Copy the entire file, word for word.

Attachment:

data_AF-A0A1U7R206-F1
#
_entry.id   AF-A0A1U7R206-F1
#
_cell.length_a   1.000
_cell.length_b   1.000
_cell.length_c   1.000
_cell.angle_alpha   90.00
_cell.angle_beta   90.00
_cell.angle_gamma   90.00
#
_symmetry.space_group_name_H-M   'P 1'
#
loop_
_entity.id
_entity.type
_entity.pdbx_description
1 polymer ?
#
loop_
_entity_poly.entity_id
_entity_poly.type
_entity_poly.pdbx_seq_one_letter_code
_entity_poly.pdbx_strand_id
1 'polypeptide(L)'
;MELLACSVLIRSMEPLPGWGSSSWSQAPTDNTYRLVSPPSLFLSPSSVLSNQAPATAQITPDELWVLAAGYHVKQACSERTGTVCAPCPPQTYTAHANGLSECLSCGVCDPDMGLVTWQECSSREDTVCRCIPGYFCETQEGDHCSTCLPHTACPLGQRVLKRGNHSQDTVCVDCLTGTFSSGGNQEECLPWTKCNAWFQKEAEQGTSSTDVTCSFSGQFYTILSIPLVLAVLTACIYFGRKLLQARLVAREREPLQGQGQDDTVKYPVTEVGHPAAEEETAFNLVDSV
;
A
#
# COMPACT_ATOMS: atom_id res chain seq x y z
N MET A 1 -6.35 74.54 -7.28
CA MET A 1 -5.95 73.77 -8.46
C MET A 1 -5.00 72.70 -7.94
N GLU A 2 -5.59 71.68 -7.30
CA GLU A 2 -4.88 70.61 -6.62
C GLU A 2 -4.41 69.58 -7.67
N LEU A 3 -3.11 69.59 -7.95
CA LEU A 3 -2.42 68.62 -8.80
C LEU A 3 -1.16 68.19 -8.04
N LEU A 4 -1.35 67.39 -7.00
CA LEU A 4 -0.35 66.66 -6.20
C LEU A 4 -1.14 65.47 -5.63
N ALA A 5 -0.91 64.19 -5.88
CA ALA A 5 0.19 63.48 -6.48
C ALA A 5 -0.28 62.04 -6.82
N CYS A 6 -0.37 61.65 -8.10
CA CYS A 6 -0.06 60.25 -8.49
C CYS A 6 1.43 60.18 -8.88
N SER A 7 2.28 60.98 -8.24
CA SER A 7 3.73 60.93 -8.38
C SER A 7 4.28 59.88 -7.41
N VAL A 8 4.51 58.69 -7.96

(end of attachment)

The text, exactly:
data_AF-A0A1U7R206-F1
#
_entry.id   AF-A0A1U7R206-F1
#
_cell.length_a   1.000
_cell.length_b   1.000
_cell.length_c   1.000
_cell.angle_alpha   90.00
_cell.angle_beta   90.00
_cell.angle_gamma   90.00
#
_symmetry.space_group_name_H-M   'P 1'
#
loop_
_entity.id
_entity.type
_entity.pdbx_description
1 polymer ?
#
loop_
_entity_poly.entity_id
_entity_poly.type
_entity_poly.pdbx_seq_one_letter_code
_entity_poly.pdbx_strand_id
1 'polypeptide(L)'
;MELLACSVLIRSMEPLPGWGSSSWSQAPTDNTYRLVSPPSLFLSPSSVLSNQAPATAQITPDELWVLAAGYHVKQACSERTGTVCAPCPPQTYTAHANGLSECLSCGVCDPDMGLVTWQECSSREDTVCRCIPGYFCETQEGDHCSTCLPHTACPLGQRVLKRGNHSQDTVCVDCLTGTFSSGGNQEECLPWTKCNAWFQKEAEQGTSSTDVTCSFSGQFYTILSIPLVLAVLTACIYFGRKLLQARLVAREREPLQGQGQDDTVKYPVTEVGHPAAEEETAFNLVDSV
;
A
#
# COMPACT_ATOMS: atom_id res chain seq x y z
N MET A 1 -6.35 74.54 -7.28
CA MET A 1 -5.95 73.77 -8.46
C MET A 1 -5.00 72.70 -7.94
N GLU A 2 -5.59 71.68 -7.30
CA GLU A 2 -4.88 70.61 -6.62
C GLU A 2 -4.41 69.58 -7.67
N LEU A 3 -3.11 69.59 -7.95
CA LEU A 3 -2.42 68.62 -8.80
C LEU A 3 -1.16 68.19 -8.04
N LEU A 4 -1.35 67.39 -7.00
CA LEU A 4 -0.35 66.66 -6.20
C LEU A 4 -1.14 65.47 -5.63
N ALA A 5 -0.91 64.19 -5.88
CA ALA A 5 0.19 63.48 -6.48
C ALA A 5 -0.28 62.04 -6.82
N CYS A 6 -0.37 61.65 -8.10
CA CYS A 6 -0.06 60.25 -8.49
C CYS A 6 1.43 60.18 -8.88
N SER A 7 2.28 60.98 -8.24
CA SER A 7 3.73 60.93 -8.38
C SER A 7 4.28 59.88 -7.41
N VAL A 8 4.51 58.69 -7.96